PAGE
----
There was a story about a shy skinny kid who loved baseball who went to school to tell the class an amazing story of a pitcher who had an Earned Run Average (ERA) of 135. His teacher/coach told him he was a fool and ridiculed him in front of class, explaining that everyone knows a pitcher's ERA can never exceed 27, the number of outs in a baseball game. In reality, this pitcher had allowed 5 runs and gotten only one batter out. Getting one batter out is the equivalent of pitching 1/3 of an inning or 1/27th of a game. If 5 runs were scored, the equation is 5/(1/27) = an ERA of 135. The kid took a newspaper to school showing the ERA of 135, the teacher/coach/bully told him to sit down and be quiet, but it was clear that the math had beaten the bully.
As bankers, we love numbers and we know they can be used to prove many different things. One of the most important aspects of our advanced understanding of numbers is using the ones that help us understand risk and opportunity the most. Most banks using a best practice calculation for the probability of default (PD) and expected loss of a loan use metrics for both collateral and borrower cash flow.
Most lenders we know love collateral and they especially love real estate collateral. We suggest however that an analysis of borrower cash flow is oftentimes more important than the ability to oversee a property. That said, it is certainly comforting to drive by the collateral backing a loan on a specific property on the way to work. This is especially true when this collateral backs a big loan that makes up an important part of the bank's producing portfolio. It can also give an idea of the health of the borrower and can perhaps indicate when things are going wrong.
In reality, collateral value is often more an effect than a cause. If a property isn't being maintained, it may be because the borrower is strapped because business isn't that good or it could be due to unrelated external issues. What about the other direction? If a property appreciates significantly in value, is the lender in any position to benefit from that knowledge? Does it mean the bank should automatically offer this borrower additional credit?
This is why we feel knowledge of the cash flow of the business is far more indicative of whether the borrower will be able to meet the requirements of the loan than the value of the collateral (although both are important).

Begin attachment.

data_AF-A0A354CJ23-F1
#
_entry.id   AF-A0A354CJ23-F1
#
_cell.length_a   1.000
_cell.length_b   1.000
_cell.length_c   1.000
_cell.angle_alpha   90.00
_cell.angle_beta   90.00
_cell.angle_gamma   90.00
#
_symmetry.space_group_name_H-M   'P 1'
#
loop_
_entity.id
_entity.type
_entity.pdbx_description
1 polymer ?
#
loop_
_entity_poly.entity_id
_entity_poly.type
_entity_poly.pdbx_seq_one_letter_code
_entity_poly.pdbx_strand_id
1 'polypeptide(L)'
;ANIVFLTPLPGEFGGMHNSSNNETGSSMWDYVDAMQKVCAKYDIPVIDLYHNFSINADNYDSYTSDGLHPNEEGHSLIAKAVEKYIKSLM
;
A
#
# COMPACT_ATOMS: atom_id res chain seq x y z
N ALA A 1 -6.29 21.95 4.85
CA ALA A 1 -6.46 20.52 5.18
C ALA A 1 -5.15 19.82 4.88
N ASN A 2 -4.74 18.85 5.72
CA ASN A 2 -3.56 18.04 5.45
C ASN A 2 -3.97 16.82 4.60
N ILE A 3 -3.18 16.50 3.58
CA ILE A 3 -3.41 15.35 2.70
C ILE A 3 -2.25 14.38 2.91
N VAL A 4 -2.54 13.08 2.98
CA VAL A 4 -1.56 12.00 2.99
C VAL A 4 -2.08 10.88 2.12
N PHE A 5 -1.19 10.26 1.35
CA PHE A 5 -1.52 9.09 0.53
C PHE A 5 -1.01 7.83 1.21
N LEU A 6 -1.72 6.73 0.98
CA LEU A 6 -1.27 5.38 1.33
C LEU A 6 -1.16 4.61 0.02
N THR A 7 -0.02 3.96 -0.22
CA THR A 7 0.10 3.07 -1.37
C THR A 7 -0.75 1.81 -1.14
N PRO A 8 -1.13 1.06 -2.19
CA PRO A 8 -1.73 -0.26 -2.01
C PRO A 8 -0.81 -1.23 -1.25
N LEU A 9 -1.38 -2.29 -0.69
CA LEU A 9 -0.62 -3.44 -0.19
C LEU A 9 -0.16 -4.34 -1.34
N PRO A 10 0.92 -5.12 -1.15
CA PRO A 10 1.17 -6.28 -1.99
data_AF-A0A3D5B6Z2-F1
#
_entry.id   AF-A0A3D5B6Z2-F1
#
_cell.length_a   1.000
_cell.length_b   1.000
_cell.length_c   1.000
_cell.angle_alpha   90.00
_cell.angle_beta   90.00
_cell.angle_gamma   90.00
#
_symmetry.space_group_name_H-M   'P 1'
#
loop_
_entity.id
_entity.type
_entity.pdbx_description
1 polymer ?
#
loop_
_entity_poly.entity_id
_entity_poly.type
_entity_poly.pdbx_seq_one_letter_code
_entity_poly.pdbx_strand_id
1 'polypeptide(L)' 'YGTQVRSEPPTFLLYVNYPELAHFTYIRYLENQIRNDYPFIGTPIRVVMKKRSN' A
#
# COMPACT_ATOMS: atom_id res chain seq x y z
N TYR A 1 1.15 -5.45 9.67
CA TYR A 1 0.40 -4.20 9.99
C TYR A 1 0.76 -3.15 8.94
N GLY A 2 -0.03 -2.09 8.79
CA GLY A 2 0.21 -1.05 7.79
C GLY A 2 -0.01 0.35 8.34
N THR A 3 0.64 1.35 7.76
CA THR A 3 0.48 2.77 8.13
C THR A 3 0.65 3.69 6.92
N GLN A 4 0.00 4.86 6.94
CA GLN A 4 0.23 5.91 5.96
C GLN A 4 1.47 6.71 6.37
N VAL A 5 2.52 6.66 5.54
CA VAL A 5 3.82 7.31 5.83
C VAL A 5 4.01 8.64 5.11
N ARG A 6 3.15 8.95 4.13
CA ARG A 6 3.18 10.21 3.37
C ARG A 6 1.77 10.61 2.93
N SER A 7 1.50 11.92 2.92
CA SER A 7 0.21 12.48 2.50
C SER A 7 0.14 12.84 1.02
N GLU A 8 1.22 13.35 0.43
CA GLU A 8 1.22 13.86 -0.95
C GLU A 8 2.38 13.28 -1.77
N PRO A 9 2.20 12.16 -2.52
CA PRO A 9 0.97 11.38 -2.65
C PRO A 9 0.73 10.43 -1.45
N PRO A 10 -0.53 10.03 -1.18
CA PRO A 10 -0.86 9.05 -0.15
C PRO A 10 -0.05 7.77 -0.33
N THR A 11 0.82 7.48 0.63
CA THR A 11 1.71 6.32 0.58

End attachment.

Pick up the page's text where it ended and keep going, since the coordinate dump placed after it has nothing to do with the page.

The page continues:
Banks that are good cash flow lenders have many avenues open to them. For example, consider C&I lending. Many banks don't actively prospect for these loans because there often is little tangible collateral (and you really have to keep your website cutting edge to handle customer needs).
A borrower's cash flow in the end tells the bank more about its risk and opportunity with a customer than other indicators. Cash flow lenders need to have strong oversight and do analysis on a regular basis to ascertain that a borrower will be able to meet the obligations of the loan. The good news is that when doing this work consistently, you may also discover an opportunity if a borrower's cash flow is getting stronger and their business is thriving. An appreciating property value may indicate robust growth in the customer's financial strength or it may be due entirely to external factors. Having advanced analysis allows lenders to know the difference.
Our advice it to not only monitor the collateral, but also to pay particular attention to the cash flow of borrowers. It will help your bank manage risk and even more important, find opportunity. In the face of likely short term interest rate increases, it makes good sense to keep in close touch with the financial health of your borrowers. The intelligent use of the math gives your bank a leg up on the competition, whether it's the big bullies like B of A and Wells or other competing institutions.